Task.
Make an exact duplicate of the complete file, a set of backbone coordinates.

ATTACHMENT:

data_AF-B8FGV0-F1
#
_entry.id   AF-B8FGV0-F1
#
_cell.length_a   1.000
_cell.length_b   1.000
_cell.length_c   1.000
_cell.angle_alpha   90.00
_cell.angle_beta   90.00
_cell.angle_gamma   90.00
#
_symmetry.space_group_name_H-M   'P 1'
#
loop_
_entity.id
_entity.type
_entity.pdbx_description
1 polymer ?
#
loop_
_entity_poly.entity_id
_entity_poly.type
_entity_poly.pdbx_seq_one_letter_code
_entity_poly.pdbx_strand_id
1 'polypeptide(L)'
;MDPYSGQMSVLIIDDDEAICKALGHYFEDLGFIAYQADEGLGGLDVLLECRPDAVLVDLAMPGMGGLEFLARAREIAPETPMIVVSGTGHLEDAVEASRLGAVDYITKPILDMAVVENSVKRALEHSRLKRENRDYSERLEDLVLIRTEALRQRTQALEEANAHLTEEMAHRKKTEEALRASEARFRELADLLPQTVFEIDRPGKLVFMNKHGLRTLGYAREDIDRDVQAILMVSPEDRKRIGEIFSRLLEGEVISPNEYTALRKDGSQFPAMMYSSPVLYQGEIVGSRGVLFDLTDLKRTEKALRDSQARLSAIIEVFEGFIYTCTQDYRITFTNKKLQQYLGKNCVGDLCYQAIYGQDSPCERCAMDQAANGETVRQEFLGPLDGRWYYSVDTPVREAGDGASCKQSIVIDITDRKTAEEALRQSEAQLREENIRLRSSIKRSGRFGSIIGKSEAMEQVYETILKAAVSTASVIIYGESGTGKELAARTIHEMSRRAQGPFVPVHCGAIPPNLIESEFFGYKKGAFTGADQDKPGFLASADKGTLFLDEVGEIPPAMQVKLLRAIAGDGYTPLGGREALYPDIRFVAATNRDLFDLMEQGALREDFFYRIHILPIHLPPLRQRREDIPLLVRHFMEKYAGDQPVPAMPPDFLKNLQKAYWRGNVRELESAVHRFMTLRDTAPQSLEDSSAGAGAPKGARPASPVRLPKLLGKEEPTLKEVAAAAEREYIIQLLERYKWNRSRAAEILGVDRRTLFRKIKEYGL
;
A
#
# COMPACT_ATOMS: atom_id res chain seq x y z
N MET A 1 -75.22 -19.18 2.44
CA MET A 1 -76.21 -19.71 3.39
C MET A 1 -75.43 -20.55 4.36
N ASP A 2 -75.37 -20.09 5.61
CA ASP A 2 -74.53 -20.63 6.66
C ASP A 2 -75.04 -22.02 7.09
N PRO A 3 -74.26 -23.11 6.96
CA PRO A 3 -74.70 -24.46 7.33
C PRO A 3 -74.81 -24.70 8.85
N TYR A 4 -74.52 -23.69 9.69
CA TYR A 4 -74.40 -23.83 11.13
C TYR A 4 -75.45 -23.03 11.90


data_AF-B8FGV0-F1
#
_entry.id   AF-B8FGV0-F1
#
_cell.length_a   1.000
_cell.length_b   1.000
_cell.length_c   1.000
_cell.angle_alpha   90.00
_cell.angle_beta   90.00
_cell.angle_gamma   90.00
#
_symmetry.space_group_name_H-M   'P 1'
#
loop_
_entity.id
_entity.type
_entity.pdbx_description
1 polymer ?
#
loop_
_entity_poly.entity_id
_entity_poly.type
_entity_poly.pdbx_seq_one_letter_code
_entity_poly.pdbx_strand_id
1 'polypeptide(L)'
;MDPYSGQMSVLIIDDDEAICKALGHYFEDLGFIAYQADEGLGGLDVLLECRPDAVLVDLAMPGMGGLEFLARAREIAPETPMIVVSGTGHLEDAVEASRLGAVDYITKPILDMAVVENSVKRALEHSRLKRENRDYSERLEDLVLIRTEALRQRTQALEEANAHLTEEMAHRKKTEEALRASEARFRELADLLPQTVFEIDRPGKLVFMNKHGLRTLGYAREDIDRDVQAILMVSPEDRKRIGEIFSRLLEGEVISPNEYTALRKDGSQFPAMMYSSPVLYQGEIVGSRGVLFDLTDLKRTEKALRDSQARLSAIIEVFEGFIYTCTQDYRITFTNKKLQQYLGKNCVGDLCYQAIYGQDSPCERCAMDQAANGETVRQEFLGPLDGRWYYSVDTPVREAGDGASCKQSIVIDITDRKTAEEALRQSEAQLREENIRLRSSIKRSGRFGSIIGKSEAMEQVYETILKAAVSTASVIIYGESGTGKELAARTIHEMSRRAQGPFVPVHCGAIPPNLIESEFFGYKKGAFTGADQDKPGFLASADKGTLFLDEVGEIPPAMQVKLLRAIAGDGYTPLGGREALYPDIRFVAATNRDLFDLMEQGALREDFFYRIHILPIHLPPLRQRREDIPLLVRHFMEKYAGDQPVPAMPPDFLKNLQKAYWRGNVRELESAVHRFMTLRDTAPQSLEDSSAGAGAPKGARPASPVRLPKLLGKEEPTLKEVAAAAEREYIIQLLERYKWNRSRAAEILGVDRRTLFRKIKEYGL
;
A
#
# COMPACT_ATOMS: atom_id res chain seq x y z
N MET A 1 -75.22 -19.18 2.44
CA MET A 1 -76.21 -19.71 3.39
C MET A 1 -75.43 -20.55 4.36
N ASP A 2 -75.37 -20.09 5.61
CA ASP A 2 -74.53 -20.63 6.66
C ASP A 2 -75.04 -22.02 7.09
N PRO A 3 -74.26 -23.11 6.96
CA PRO A 3 -74.70 -24.46 7.33
C PRO A 3 -74.81 -24.70 8.85
N TYR A 4 -74.52 -23.69 9.69
CA TYR A 4 -74.40 -23.83 11.13
C TYR A 4 -75.45 -23.03 11.90